New research from one University of Alabama at Birmingham School of Education researcher claims that, without sufficient COVID-19 testing capacity, it is possible that people can experience increased mental distress due to fear and concerns over their COVID-19 status.
According to study lead author Yusen Zhai, Ph.D., assistant professor in the Department of Human Studies and director of the UAB Community Counseling Clinic, COVID-19 testing is an effective yet underutilized way to manage the transmission of COVID-19.
“In March 2022, the Biden administration launched a nationwide Test to Treat Initiative, which aimed to allow Americans to rapidly access needed COVID-19 treatments,” Zhai said. “In principle, the sooner people can get COVID-19 tests when they suspect having exposure or infection, the sooner they can seek COVID-19 treatments—like oral antiviral pills—if tested positive.”
Zhai adds that, despite the federal government’s efforts to expand the COVID-19 testing capacity, Americans still experience difficulties accessing COVID-19 tests throughout the pandemic.
“Free at-home COVID-19 home-testing kits (delivered by the federal government) run out quickly and never meet the ongoing need for testing among millions of Americans,” Zhai said. “The federal free COVID-19 test program has been suspended due to a lack of funding. In other words, the U.S. federal government has no longer sustained COVID-19 testing capacity without sufficient funding from Congress.”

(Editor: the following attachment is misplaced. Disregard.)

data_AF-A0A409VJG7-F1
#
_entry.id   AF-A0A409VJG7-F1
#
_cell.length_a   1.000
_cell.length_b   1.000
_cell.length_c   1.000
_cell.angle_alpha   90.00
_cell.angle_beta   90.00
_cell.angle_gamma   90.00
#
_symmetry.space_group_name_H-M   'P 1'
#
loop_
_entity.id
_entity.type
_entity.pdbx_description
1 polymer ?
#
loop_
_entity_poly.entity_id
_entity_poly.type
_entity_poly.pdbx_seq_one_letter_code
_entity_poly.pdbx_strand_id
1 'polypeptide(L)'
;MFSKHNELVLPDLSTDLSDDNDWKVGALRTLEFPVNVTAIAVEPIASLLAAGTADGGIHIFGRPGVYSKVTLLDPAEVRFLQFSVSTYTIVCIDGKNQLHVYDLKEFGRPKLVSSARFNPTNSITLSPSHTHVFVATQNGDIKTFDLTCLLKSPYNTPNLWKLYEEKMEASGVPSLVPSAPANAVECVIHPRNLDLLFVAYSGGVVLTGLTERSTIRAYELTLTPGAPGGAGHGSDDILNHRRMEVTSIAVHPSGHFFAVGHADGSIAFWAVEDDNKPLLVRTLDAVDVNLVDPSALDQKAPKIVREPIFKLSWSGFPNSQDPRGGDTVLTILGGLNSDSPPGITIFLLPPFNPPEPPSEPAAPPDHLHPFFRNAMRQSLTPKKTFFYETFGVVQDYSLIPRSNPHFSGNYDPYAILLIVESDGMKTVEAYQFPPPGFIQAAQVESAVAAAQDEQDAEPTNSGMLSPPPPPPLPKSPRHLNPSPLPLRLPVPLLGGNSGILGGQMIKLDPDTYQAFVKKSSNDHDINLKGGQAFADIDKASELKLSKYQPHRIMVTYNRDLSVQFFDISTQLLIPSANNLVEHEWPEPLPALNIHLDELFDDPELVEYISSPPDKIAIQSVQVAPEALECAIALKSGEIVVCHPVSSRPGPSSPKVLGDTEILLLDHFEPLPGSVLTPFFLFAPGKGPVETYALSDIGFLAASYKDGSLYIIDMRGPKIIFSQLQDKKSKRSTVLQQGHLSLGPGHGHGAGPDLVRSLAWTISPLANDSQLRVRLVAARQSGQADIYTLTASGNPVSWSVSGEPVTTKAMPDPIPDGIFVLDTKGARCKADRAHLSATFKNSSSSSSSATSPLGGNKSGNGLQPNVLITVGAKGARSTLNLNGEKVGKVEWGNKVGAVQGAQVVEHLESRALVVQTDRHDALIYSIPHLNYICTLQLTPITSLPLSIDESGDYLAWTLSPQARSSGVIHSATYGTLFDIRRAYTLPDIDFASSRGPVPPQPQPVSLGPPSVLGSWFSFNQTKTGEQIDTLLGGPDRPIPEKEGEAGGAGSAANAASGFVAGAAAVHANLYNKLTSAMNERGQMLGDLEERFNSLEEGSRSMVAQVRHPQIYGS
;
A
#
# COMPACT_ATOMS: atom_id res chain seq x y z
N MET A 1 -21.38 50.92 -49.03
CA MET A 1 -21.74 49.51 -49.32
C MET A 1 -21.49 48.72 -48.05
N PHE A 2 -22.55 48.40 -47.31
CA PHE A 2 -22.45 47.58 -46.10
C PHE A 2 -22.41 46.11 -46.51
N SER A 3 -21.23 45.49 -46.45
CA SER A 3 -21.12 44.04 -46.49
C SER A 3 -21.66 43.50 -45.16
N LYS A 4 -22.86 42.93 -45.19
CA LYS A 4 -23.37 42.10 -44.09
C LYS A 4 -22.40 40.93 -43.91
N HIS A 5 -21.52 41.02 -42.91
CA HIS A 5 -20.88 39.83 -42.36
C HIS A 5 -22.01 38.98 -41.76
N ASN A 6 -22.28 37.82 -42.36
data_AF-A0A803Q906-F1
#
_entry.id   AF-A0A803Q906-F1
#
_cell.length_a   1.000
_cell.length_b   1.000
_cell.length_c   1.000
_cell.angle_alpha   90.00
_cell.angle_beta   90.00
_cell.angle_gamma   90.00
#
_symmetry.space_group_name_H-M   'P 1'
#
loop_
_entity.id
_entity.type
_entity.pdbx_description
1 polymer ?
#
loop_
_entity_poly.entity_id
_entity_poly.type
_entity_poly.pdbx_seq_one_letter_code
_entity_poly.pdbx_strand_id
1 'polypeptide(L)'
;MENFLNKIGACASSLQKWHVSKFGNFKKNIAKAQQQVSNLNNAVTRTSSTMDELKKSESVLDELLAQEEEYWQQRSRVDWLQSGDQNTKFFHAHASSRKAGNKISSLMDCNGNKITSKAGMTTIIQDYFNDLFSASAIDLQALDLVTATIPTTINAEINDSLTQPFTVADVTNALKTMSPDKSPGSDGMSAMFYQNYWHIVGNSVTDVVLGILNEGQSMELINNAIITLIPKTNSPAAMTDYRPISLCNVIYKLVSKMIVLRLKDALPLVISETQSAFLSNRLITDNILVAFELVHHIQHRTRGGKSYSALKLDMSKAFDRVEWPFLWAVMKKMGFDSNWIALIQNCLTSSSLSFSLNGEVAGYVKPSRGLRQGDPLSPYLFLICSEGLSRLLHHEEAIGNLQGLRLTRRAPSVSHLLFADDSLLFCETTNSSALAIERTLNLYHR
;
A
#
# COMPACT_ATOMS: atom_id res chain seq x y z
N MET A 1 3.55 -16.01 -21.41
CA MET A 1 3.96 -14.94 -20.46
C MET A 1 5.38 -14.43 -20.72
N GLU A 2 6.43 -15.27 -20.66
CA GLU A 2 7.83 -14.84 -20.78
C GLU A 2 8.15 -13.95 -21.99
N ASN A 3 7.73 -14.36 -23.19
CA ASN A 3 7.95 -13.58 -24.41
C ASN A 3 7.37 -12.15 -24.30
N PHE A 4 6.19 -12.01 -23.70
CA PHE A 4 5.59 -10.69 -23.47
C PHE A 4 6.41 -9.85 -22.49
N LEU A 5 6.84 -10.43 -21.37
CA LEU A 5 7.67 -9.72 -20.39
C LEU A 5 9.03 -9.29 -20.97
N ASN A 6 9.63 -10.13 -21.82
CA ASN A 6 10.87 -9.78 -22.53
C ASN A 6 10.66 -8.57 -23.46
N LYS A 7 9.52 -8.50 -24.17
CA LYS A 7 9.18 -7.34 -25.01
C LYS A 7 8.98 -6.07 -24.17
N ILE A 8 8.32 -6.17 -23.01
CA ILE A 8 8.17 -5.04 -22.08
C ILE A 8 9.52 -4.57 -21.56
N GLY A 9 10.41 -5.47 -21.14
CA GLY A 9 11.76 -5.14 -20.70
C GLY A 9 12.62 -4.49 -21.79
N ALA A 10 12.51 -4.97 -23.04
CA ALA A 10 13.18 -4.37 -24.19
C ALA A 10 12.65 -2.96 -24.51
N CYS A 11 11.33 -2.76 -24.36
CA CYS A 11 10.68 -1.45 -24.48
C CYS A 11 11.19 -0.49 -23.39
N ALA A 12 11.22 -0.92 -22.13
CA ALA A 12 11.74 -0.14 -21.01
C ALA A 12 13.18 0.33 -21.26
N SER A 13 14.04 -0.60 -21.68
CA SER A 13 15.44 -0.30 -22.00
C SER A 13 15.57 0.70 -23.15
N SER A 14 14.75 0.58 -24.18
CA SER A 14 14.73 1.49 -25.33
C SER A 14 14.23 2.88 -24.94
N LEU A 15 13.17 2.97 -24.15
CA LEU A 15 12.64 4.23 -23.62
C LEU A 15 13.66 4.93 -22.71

Fear and uncertainty fueled by COVID-19 among the public and health care workers have worsened mental health outcomes, overwhelming and exhausting the health care system, according to Zhai.
“People who suspect having COVID-19 exposure or infection may have excessive worries and fear of COVID-19 infections, which leads to mental distress such as depression, anxiety and suicide,” he said. “Therefore, it is critical to empirically assess the role of the use of COVID-19 tests in mental health among Americans.”
The study, published in BJPsych Open, examined the associations between COVID-19 testing uptake (i.e., the use of COVID-19 tests) and certain mental disorders.
“Overall, we found that adults who accessed COVID-19 tests—even tested positive—were at significantly lower risk than those with unconfirmed (without testing) COVID-19 for severe depression, severe anxiety, eating disorders and suicidal ideation,” Zhai said. “The findings suggest that individuals who suspected they had COVID-19 but lacked confirmatory testing were more susceptible to exacerbated mental health problems, likely due to worries and fear of infection.”
Yusen Zhai et al, Association between COVID-19 testing uptake and mental disorders among adults in US post-secondary education, 2020–2021, BJPsych Open (2022). DOI: 10.1192/bjo.2022.580
University of Alabama at Birmingham
New study finds association between COVID-19 testing uptake and mental disorders (2022, December 15)
retrieved 15 December 2022
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